My Life-Changing Trip to Kenya

7th Aug 2018

My Life-Changing Trip to Kenya

Photo of My Life-Changing Trip to Kenya by Dakota Leest

Living in Malaysia, I have never been exposed to severe poverty that many people lived in. I have always been envious of those people who had more without considering those ones who had less than me. Such ignorance did not allow to appreciate what I already had. I had a dream job at and everything I could wish. Instead, I kept complaining and wishing to get more money and wealth. My dad, who had always been travelling to the various parts of the world, used to encourage me to stop complaining and appreciate what I had. However, those words meant nothing to me until the day when my father took me on a business trip to Kenya to visit the factory site, which was under construction.

Although it was a hot day, the construction site workers did not stop digging. The endless pile of hard sand did not seem to be getting smaller. The thing is that the workers had limited resources and tools. They had only two shovels, a wheelbarrow, and two buckets. Though the ground was so dry, the sun greedily vaporized every bit of moisture, making it extremely hard for the workers to dig. They chanted as loud as they could, trying to keep up morale and encouraging each other.

As I stood there watching them, I could not but notice that they were very exhausted and thirsty. The general appearance of the workers as well as their physical exhaustion shocked me. They looked like drunken corpses as they were skinny and weak. They were struggling to walk as they used every bit of energy to push the shovels into the ground. The workers had the bloodshot eyes, and their dark eye bags were drooping as if they were swollen. The surface of the faded lips was dried up; it was cracking forming scabs.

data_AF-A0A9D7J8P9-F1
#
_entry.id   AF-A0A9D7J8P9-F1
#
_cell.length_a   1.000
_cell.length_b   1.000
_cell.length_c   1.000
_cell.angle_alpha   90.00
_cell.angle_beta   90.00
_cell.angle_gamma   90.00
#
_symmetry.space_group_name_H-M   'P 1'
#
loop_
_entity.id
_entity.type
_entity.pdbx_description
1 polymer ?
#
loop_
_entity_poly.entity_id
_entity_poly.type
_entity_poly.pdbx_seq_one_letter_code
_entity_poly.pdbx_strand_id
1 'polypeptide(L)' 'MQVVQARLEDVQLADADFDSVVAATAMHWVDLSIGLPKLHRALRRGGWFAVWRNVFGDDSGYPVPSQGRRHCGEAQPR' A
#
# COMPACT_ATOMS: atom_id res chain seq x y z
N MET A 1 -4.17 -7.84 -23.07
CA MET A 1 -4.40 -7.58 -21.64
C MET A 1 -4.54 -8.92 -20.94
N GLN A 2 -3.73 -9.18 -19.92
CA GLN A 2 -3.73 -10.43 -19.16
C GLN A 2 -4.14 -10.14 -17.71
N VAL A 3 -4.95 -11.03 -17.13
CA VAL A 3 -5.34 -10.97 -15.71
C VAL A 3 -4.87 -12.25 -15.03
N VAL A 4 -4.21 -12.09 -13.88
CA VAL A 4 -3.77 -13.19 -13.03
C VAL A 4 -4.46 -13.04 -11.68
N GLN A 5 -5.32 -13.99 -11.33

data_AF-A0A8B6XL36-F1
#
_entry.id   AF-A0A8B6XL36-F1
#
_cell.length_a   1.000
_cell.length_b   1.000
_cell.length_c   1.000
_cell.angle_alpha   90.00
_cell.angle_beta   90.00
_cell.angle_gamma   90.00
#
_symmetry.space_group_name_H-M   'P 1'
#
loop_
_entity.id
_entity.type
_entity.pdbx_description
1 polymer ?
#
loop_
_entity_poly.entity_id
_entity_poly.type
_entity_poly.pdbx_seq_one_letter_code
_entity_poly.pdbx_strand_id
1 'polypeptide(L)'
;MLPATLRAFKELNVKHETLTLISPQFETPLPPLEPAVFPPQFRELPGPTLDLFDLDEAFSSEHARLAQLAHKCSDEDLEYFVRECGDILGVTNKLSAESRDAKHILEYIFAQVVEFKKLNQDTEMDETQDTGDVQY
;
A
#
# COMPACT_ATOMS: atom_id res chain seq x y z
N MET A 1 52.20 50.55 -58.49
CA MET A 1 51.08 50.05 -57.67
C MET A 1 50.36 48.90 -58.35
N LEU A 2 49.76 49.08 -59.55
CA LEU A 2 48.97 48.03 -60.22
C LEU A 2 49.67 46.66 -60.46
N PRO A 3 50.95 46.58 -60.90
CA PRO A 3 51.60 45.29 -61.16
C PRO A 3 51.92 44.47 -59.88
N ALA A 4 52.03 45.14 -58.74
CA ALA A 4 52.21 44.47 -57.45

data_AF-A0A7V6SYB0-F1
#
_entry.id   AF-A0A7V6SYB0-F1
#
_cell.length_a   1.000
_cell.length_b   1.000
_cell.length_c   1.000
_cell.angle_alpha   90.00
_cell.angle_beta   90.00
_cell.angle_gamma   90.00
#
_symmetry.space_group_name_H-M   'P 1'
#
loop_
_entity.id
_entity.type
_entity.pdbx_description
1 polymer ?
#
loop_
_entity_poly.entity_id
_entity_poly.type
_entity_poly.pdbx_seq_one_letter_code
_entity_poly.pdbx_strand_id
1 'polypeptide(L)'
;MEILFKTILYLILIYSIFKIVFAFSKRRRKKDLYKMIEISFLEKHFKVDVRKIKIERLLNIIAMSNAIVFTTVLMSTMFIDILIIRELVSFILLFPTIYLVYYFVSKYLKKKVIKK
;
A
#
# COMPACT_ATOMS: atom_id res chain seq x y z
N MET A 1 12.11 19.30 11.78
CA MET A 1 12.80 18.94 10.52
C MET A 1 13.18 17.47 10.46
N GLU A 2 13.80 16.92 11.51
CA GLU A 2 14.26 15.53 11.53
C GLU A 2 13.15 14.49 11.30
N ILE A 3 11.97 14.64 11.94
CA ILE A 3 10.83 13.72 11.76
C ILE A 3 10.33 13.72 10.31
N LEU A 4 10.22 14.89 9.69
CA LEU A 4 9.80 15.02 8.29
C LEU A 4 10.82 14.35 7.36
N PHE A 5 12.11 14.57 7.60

“When would they have a break?” I asked their supervisor.

“They have two hours left to break,” he answered.

“How many breaks do they have per day?” I asked.

“They have two breaks per day, which include lunch break and quick water break,” he replied bluntly and calmly.

It was a considerable shock for me. I could not believe that the men working under such severe conditions could only drink water twice during the work day. Even office workers drink water more often yet they are in air-conditioned rooms, away from the scorching sun. Consequently, the feelings of overwhelming guilt came over me. I remembered how often I was not satisfied with the food that was cooked for me at home. I wanted a new recipe and complained about the same dishes that I had to eat. I bitterly regretted arguing with my dad on our way to the factory site. I used to tell him in a grumpy manner that I was starving begging him to hurry up. The longer I stared at them, the guiltier I felt about my past actions before that experience.

After some time, I left the construction site and walked to a nearby market to purchase a box full of water bottles. Thereafter, I took the box to the construction site for the workers to quench their thirst. The workers gathered around the box and their faces lit up. They grabbed the bottles and started to drink greedily. It was the first time I saw them smiling. I started enjoying the energetic and cheerful atmosphere that I had created for them. Meanwhile, it was high time for me and my dad to leave for lunch and we left the construction site.

On our way to the restaurant, the images of the determined construction workers could not get out of my mind. I realized that the feelings of guilt helped me gain a life changing experience. That occasion significantly affected my perception of life. At the restaurant, I ordered nothing despite the fact that, on our way to the construction site, I had been complaining to my dad about how hungry I was. When he heard that I was not hungry, he smiled warmly as he knew he had achieved his aim. Probably, my dad had planned that trip long ago.

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